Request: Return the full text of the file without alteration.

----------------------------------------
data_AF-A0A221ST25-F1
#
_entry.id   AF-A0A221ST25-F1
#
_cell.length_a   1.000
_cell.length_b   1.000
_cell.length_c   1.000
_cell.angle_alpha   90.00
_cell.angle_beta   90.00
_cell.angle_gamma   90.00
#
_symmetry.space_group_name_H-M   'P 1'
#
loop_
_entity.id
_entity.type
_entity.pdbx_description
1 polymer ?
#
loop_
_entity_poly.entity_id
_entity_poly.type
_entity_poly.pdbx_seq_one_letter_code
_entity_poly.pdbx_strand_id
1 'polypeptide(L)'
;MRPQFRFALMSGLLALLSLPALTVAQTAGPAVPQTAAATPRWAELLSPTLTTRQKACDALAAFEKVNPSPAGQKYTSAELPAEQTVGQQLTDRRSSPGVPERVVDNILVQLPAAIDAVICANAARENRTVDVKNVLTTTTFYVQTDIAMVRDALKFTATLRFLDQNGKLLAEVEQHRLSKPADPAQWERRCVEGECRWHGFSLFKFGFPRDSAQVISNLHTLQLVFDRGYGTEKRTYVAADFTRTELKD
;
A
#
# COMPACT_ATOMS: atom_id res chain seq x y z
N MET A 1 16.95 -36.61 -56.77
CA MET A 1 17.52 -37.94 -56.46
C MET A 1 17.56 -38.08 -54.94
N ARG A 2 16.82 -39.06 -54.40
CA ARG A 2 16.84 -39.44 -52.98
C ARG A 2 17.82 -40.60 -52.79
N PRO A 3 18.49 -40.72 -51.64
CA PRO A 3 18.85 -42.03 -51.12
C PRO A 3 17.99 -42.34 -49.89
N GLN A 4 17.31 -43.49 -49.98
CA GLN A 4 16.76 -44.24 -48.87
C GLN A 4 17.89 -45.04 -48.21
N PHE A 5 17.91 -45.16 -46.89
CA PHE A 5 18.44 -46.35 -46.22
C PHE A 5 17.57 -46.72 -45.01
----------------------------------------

data_AF-A0A221ST25-F1
#
_entry.id   AF-A0A221ST25-F1
#
_cell.length_a   1.000
_cell.length_b   1.000
_cell.length_c   1.000
_cell.angle_alpha   90.00
_cell.angle_beta   90.00
_cell.angle_gamma   90.00
#
_symmetry.space_group_name_H-M   'P 1'
#
loop_
_entity.id
_entity.type
_entity.pdbx_description
1 polymer ?
#
loop_
_entity_poly.entity_id
_entity_poly.type
_entity_poly.pdbx_seq_one_letter_code
_entity_poly.pdbx_strand_id
1 'polypeptide(L)'
;MRPQFRFALMSGLLALLSLPALTVAQTAGPAVPQTAAATPRWAELLSPTLTTRQKACDALAAFEKVNPSPAGQKYTSAELPAEQTVGQQLTDRRSSPGVPERVVDNILVQLPAAIDAVICANAARENRTVDVKNVLTTTTFYVQTDIAMVRDALKFTATLRFLDQNGKLLAEVEQHRLSKPADPAQWERRCVEGECRWHGFSLFKFGFPRDSAQVISNLHTLQLVFDRGYGTEKRTYVAADFTRTELKD
;
A
#
# COMPACT_ATOMS: atom_id res chain seq x y z
N MET A 1 16.95 -36.61 -56.77
CA MET A 1 17.52 -37.94 -56.46
C MET A 1 17.56 -38.08 -54.94
N ARG A 2 16.82 -39.06 -54.40
CA ARG A 2 16.84 -39.44 -52.98
C ARG A 2 17.82 -40.60 -52.79
N PRO A 3 18.49 -40.72 -51.64
CA PRO A 3 18.85 -42.03 -51.12
C PRO A 3 17.99 -42.34 -49.89
N GLN A 4 17.31 -43.49 -49.98
CA GLN A 4 16.76 -44.24 -48.87
C GLN A 4 17.89 -45.04 -48.21
N PHE A 5 17.91 -45.16 -46.89
CA PHE A 5 18.44 -46.35 -46.22
C PHE A 5 17.57 -46.72 -45.01